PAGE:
I'll be frank: the whole explanation was kind of anticlimatic. I was expecting something profound, perhaps even existential: aligning the television week with the restorative powers of the weekend, for example, Instead, it's the publishing equivalent of "I Subscribed to TV Guide and All I Got Was This Lousy Explanation." 

Still, to quote Bing Crosby in White Christmas, while it may not be a good reason, it's a reason. We don't have printed television listings anymore, and if your goal is accurate, up-to-the-minute information, it's a good thing: what used to require days to update can now be done in a matter of moments and instantly delivered to you via the internet or on your television. The romance of publishing, like that of newspapers, is a thing of the past; it's the kind of thing we sacrifice in the name of progress. TV  

July 16, 2021

Around the dial

The guests gathered after dinner to watch C-SPAN

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T
he Hitchcock Project at bare•bones e-zine is always a good way to start the week, and today Jack looks at the first hour-long contribution by Levinson and Link, "Captive Audience," with a superlative cast starring James Mason, Angie Dickinson and Ed Nelson.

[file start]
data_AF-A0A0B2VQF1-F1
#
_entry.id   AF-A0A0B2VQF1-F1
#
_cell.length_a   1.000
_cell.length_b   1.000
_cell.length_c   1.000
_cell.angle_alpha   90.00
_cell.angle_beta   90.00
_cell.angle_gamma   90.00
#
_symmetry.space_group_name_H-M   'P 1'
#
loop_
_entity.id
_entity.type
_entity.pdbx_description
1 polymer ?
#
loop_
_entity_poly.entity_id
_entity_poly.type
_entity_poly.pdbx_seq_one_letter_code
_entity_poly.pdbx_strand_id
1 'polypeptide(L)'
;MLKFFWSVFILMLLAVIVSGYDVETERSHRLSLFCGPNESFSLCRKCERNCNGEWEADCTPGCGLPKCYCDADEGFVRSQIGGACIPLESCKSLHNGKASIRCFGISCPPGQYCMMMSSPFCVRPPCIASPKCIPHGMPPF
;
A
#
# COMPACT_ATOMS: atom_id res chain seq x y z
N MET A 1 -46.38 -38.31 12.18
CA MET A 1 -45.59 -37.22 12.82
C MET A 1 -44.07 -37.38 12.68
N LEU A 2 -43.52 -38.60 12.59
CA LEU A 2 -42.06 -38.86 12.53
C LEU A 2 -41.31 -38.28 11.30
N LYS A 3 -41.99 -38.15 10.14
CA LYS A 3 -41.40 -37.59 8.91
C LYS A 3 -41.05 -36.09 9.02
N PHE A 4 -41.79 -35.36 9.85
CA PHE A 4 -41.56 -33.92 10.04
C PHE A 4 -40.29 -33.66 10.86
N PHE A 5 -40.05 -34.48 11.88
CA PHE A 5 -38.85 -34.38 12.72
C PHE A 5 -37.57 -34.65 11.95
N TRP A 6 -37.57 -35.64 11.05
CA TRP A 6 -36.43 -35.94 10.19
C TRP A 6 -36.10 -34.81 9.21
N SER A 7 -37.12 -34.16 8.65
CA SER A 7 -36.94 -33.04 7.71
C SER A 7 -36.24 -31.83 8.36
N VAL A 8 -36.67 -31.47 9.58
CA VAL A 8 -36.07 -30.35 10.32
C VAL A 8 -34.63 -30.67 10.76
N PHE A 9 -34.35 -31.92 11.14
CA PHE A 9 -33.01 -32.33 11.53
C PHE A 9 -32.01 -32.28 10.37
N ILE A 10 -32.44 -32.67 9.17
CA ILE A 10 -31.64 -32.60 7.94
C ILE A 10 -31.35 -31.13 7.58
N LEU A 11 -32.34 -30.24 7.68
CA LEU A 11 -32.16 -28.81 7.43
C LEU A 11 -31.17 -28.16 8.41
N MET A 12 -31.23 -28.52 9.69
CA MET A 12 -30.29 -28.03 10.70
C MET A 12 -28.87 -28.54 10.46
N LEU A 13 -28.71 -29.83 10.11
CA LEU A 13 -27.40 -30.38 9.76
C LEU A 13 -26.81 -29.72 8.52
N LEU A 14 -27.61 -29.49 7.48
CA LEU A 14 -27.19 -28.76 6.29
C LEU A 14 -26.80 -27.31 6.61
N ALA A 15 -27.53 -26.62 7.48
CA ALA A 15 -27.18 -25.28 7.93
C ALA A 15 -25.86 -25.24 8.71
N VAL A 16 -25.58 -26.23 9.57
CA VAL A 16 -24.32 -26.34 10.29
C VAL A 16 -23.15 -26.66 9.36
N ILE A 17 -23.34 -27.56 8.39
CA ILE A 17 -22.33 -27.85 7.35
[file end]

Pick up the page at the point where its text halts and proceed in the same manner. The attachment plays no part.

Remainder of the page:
There was more to Eve Plumb's career than playing Jan Brady, as David reminds us at Comfort TV, and this week he looks at her work outside of The Brady Bunch, a wide variety ranging from The Smothers Brothers and Family Affair to The Facts of Life.  

Realweegiemidget reviews the 1983 Brit TV movie Those Glory, Glory Days, and I normally wouldn't pay much attention except it's about a woman's teenage obsession with the Tottenham Hotspur soccer team, and as a (former?) Arsenal follower I can't possibly let this go unnoticed. The Spurs star she encounters, by the way, is real-life star Danny Blanchflower, who went on to serve as a color commentator for CBS's soccer coverage in 1967.

I may well have mentioned this last year, and I suspect I'll write about it again next year, but this week marks two notable birthdays in the classic television oeuvre: first, at Garroway at Large, Jodie honors Dave Garroway's birthday, as well as the fourth anniversary of her blog. (Has it really only been four years? It seems as if we've known you much longer!)

Meanwhile, at Bob Crane: Life & Legacy, it's the 93rd birthday of Bob Crane, which Carol celebrates with a birthday celebration podcast. I just can't imagine him at that age, even though Robert Clary, the last survivor of Hogan's Heroes, is in his 90s as well. It doesn't—TILT—compute.

Do I have to surrender my credentials as a Whovian by admitting I've yet to make it all the way through the Matt Smith episodes of Doctor Who? I've nothing against him; I have all the discs; what I don't have is the time. Fortunately, John is here at Cult TV Blog to save me, at least with the writeup to "The God Complex," which I have been accused of having a time or two. 

At Classic Film & TV Café, Rick interviews Michael Asimow, co-author (with Paul Bergman) of the book Real to Reel: Truth and Trickery in Courtroom Movies, which sounds like a book I really should own. I wonder if they had anything to say about the sanity trial of Kris Kringle in Miracle on 34th Street?